Bill and Katie McMahon were both children of Lizzie Conway and Henry McMahon.
They both lived on the family farm when I was a boy in the 1960’s.
Lizzie was a daughter of James Conway of Genesee falls and you can see that family’s history on the Conway page.
That meant that Bill’s mother and Dad’s grandmother were sisters.
The Irish felt free to visit a relative at will, no matter how distant the relationship. Since Bill and Katie were second cousins to Dad he was pretty close to them, having spent summers in Birdsall as a boy.
The following photos were taken over many years of fun weekends at McMahon’s, both winter and summer.
The McMahon farm house ca 1961
Dad’s 1959 Chevy at right in photo also farmhouse in 1946
Property in a 2014 Landsat image
Barbara Carney Kirchgraber at the farm, December 1968.
Looking for our Christmas trees at McMahon’s.
Jean in blue & yellow scarf
Bill McMahon at right of photo
In the late summer of 1963 (or 62) we went to the farm to help Bill and his brother Jim bring in the oat harvest. The experience was a once in a lifetime as we got to see an old McCormick thresher in action. We all worked hard and enjoyed a good home made farm dinner later on
Jim McMahon loading the sheaths of oats into the feed conveyor of the thresher
The thresher and barn in the background.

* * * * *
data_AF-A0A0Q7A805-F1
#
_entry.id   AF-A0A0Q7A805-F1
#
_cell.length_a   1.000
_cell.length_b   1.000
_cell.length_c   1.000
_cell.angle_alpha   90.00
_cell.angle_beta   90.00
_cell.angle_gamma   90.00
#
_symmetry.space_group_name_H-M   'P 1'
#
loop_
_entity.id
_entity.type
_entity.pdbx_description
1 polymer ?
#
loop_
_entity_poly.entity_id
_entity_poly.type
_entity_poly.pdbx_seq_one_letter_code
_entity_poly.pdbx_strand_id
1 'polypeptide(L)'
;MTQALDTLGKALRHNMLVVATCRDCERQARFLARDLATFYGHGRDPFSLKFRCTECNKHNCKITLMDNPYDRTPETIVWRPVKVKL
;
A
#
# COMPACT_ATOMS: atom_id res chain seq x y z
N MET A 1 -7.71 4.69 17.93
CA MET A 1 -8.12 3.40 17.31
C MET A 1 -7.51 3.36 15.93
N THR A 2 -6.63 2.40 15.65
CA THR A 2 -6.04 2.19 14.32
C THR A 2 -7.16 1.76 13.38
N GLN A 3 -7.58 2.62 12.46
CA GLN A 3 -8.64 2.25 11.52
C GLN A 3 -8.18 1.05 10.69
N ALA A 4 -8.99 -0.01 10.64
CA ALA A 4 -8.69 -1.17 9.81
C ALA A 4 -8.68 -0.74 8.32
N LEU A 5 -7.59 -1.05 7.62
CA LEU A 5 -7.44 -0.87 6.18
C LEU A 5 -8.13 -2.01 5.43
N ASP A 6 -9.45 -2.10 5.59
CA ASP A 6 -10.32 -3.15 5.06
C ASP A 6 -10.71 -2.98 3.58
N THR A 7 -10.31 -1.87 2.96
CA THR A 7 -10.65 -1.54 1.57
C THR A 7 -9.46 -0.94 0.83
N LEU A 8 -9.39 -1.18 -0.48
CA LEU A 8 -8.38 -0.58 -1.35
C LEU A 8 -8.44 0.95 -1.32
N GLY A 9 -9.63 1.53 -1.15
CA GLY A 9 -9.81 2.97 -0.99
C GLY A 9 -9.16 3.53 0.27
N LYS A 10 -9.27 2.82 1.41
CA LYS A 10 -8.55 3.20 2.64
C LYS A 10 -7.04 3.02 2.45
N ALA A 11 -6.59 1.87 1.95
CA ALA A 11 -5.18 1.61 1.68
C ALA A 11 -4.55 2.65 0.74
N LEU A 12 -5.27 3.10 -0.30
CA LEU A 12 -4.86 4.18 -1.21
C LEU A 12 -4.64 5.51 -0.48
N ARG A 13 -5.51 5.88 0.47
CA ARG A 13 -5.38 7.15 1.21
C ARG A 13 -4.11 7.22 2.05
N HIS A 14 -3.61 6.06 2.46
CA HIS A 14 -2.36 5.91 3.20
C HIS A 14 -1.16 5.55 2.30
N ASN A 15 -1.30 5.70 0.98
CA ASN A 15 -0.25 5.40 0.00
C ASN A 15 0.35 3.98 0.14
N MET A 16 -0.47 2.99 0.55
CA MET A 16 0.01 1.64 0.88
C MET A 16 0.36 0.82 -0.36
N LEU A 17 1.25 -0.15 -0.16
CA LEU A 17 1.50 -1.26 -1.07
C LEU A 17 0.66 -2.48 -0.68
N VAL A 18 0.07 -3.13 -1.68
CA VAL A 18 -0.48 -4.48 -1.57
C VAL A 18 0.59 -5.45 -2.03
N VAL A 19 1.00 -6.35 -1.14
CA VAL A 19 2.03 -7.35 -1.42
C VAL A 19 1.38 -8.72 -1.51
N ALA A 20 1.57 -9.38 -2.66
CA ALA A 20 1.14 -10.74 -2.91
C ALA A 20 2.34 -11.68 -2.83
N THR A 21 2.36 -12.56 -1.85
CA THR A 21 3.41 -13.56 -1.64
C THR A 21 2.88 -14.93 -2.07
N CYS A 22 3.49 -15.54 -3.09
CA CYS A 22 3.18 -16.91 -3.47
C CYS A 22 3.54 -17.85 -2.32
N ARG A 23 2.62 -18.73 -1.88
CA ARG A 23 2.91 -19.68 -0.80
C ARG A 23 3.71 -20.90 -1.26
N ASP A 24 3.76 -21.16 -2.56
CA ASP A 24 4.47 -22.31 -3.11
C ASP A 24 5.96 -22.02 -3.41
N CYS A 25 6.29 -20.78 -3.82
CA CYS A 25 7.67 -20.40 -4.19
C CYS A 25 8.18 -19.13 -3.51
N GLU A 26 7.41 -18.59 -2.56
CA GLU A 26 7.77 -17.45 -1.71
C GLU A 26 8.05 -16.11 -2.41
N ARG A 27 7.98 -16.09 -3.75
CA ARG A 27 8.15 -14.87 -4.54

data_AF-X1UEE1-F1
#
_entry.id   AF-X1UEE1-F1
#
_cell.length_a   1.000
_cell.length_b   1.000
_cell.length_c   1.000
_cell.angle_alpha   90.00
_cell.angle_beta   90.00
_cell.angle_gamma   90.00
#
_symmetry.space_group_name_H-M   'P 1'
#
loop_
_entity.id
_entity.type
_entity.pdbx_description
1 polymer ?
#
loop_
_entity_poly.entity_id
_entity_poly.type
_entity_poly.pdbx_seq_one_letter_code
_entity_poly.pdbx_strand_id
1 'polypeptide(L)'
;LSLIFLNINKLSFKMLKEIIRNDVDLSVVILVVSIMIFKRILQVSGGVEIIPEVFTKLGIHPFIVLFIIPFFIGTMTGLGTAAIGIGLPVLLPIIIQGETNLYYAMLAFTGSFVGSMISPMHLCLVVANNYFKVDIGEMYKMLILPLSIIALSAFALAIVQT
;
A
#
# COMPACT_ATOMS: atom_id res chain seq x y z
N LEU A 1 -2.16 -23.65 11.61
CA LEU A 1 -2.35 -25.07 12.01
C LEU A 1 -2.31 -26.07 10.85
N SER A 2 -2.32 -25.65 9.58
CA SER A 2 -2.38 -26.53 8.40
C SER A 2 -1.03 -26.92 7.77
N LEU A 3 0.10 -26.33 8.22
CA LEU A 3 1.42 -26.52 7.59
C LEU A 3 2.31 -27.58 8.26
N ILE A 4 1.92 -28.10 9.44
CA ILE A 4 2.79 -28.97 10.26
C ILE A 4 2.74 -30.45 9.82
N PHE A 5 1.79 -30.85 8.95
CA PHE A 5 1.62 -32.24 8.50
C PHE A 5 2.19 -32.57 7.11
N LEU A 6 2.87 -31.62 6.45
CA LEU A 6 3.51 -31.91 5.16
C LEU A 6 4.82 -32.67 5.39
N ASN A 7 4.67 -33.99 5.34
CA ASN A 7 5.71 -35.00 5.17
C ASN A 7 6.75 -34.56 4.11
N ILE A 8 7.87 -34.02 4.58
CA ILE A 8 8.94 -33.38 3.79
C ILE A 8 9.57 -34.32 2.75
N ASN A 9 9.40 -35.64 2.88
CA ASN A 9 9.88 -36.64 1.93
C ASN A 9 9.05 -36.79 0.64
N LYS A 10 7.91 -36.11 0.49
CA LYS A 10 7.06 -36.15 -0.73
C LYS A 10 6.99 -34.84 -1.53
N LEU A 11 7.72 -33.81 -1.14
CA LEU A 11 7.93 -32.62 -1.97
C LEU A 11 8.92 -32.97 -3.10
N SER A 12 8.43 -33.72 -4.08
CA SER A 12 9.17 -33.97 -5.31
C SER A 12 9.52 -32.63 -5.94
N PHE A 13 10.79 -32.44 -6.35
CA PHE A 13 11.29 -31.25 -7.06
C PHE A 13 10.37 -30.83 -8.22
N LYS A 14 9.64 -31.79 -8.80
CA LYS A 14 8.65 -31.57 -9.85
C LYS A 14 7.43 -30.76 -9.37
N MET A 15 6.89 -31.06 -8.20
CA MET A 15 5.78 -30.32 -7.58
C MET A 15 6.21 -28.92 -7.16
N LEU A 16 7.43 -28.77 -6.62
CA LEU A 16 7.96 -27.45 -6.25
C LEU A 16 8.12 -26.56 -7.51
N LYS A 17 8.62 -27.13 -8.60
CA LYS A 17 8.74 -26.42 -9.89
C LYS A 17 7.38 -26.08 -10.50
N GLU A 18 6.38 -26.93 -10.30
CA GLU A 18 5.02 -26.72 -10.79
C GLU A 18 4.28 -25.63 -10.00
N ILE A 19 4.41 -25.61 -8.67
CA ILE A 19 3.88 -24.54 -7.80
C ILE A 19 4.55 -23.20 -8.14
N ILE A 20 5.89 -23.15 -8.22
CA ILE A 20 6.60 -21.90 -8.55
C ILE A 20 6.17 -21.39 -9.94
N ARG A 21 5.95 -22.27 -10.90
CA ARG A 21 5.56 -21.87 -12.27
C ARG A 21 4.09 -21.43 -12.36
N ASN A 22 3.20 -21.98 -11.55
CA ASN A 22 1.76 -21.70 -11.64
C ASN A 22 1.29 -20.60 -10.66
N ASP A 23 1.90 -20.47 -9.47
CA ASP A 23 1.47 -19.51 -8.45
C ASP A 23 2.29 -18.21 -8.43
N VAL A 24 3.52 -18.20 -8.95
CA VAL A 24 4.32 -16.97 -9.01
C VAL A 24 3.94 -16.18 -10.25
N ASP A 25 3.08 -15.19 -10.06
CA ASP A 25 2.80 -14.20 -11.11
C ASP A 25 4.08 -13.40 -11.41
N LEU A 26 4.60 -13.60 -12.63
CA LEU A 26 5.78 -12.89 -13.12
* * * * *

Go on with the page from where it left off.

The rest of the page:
All the years I went to the farm the silo was always empty.
Dad, Jim McMahon & me andÂ loading the sheaths on the wagon
Bill McMahon drove the tractor
Mc Mahon Sugar Shack, Fall 1966
I made maple syrup here with bill in March of 1965
Sue & Mark Kirchgraber, 1966 on thresher
Jim McMahon and Dad
even the cat had a tasty meal on the farm- 1966
Bill always had work for the city folk to help with. On this particular fall day in 1966, the job was to bury the horse. Note that Ebbie wound up on the working end of the pick & shovel. Bill tied a chain to the horses legs, hooked the John Deere up to the chain, and pulled the horse into the pit. The final ceremony was a 2 slug salute as Bill put two deer slugs into the horse. (Always wondered why he did that after the horse was already dead, but he explained later it helped to vent gases from the carcass)
This photo was taken outside the cow barn, the building to the left is a utility shed.
The man in the photo is my grandpa Fred Kirchgraber.
Michael, Henry, John & Margaret Shaughnessy McMahon